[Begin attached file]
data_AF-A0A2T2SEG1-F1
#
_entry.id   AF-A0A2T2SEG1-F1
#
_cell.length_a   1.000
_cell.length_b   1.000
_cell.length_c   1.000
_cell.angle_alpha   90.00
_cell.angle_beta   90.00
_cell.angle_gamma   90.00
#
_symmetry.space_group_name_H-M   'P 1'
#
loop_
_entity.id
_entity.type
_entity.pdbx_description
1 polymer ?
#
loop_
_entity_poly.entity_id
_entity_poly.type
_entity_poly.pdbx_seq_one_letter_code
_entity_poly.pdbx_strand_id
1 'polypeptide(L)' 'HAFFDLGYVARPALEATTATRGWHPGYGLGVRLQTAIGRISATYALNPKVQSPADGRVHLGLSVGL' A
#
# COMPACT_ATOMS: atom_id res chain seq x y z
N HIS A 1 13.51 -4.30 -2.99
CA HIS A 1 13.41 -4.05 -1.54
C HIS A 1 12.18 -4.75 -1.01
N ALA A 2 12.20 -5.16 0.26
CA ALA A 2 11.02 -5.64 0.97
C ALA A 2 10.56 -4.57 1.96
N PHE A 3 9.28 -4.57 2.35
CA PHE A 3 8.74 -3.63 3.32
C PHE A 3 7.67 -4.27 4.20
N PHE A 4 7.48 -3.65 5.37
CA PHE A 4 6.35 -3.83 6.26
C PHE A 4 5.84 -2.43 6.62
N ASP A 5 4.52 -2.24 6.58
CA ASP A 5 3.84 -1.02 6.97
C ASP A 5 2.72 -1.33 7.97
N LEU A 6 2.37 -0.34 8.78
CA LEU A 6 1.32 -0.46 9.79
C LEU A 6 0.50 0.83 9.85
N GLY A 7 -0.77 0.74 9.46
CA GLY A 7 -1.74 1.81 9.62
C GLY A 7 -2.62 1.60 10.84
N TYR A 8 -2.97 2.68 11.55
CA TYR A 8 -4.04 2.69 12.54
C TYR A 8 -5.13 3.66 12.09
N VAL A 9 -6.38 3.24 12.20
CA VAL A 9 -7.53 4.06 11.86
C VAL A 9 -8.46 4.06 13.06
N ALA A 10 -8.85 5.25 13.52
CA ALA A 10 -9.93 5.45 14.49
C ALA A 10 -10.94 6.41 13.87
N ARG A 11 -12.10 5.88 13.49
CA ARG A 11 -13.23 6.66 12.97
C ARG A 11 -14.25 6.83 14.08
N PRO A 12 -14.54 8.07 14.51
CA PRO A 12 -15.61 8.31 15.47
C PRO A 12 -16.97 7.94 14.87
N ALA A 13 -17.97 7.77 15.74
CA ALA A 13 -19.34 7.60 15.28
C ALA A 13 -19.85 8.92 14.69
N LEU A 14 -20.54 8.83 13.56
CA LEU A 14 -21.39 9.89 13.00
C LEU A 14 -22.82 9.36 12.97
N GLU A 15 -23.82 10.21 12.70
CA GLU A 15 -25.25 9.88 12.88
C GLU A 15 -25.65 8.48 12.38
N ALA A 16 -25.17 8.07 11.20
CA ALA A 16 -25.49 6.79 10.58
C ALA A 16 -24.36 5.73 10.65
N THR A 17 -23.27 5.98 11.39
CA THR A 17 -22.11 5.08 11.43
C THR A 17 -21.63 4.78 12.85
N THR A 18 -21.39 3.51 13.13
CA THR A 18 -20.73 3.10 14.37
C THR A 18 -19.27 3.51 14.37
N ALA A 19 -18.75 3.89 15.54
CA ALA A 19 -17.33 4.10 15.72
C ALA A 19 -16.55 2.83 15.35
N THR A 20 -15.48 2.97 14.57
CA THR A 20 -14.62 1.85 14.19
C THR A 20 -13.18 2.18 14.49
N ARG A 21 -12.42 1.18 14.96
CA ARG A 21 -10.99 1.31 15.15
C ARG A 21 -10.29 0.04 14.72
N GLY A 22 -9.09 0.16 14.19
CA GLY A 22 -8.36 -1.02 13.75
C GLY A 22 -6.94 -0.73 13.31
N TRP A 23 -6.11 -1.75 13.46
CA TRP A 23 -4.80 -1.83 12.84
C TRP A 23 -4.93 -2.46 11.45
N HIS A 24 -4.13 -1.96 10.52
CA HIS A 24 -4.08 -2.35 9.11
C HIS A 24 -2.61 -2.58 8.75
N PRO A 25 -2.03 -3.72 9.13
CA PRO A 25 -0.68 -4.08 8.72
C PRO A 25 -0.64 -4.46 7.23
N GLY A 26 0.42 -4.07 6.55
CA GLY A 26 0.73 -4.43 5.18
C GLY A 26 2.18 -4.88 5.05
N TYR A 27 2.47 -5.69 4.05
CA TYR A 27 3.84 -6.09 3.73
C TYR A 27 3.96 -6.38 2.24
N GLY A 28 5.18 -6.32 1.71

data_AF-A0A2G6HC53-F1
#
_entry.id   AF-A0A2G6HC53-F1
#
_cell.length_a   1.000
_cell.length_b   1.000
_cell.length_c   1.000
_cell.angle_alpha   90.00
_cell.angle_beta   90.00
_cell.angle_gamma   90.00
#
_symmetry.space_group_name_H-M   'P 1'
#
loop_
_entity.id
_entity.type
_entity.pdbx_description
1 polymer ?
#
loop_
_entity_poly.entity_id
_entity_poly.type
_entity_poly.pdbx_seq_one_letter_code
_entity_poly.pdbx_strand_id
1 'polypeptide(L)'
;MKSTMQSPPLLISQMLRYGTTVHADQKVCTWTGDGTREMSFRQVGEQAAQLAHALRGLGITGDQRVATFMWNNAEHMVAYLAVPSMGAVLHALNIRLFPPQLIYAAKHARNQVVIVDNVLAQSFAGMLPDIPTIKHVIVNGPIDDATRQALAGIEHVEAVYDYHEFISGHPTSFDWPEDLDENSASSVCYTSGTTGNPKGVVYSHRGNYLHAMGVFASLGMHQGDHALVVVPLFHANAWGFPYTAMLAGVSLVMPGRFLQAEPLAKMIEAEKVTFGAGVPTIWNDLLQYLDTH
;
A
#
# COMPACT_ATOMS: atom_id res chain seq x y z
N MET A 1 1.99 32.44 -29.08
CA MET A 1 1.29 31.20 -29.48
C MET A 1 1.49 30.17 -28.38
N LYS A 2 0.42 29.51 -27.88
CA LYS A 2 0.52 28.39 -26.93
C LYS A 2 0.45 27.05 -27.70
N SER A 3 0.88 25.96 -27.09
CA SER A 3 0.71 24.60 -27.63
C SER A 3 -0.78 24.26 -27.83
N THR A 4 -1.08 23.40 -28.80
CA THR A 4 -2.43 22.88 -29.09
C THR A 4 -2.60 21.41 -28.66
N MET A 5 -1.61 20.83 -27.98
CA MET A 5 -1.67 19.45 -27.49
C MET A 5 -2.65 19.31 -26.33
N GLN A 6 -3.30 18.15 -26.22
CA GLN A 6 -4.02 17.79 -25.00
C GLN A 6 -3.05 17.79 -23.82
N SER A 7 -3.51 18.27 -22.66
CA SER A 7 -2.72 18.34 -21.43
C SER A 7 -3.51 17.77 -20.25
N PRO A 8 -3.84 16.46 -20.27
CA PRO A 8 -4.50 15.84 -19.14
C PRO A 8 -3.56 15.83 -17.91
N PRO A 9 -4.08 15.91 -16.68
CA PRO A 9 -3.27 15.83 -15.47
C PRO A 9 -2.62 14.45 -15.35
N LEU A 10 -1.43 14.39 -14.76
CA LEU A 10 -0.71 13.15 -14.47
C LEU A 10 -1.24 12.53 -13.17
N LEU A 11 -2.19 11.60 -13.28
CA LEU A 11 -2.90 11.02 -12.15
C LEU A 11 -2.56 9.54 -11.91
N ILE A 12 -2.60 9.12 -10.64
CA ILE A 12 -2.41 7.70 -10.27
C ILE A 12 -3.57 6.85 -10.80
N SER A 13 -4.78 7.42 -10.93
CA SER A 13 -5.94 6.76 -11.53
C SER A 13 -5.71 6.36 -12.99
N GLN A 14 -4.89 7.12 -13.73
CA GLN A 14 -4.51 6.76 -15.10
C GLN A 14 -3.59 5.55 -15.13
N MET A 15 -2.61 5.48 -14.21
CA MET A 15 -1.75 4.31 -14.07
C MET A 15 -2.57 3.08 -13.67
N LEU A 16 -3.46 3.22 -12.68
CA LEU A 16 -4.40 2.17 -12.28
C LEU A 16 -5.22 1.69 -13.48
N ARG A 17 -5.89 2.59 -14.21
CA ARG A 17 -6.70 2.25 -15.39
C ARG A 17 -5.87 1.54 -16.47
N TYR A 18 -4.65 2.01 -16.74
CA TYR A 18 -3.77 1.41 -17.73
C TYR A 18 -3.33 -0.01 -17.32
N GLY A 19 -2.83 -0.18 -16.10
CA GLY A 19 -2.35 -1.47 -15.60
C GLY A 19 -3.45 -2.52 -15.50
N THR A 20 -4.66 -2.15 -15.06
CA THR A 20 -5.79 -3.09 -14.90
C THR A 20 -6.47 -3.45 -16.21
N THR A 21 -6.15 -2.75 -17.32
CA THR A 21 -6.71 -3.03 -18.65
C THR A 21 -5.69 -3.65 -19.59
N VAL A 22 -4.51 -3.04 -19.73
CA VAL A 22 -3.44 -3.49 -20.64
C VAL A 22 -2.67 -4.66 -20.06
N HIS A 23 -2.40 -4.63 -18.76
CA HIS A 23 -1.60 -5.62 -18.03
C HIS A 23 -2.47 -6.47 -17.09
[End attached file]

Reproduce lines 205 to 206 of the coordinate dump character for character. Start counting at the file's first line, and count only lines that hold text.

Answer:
C VAL A 22 -2.67 -4.66 -20.06
N HIS A 23 -2.40 -4.63 -18.76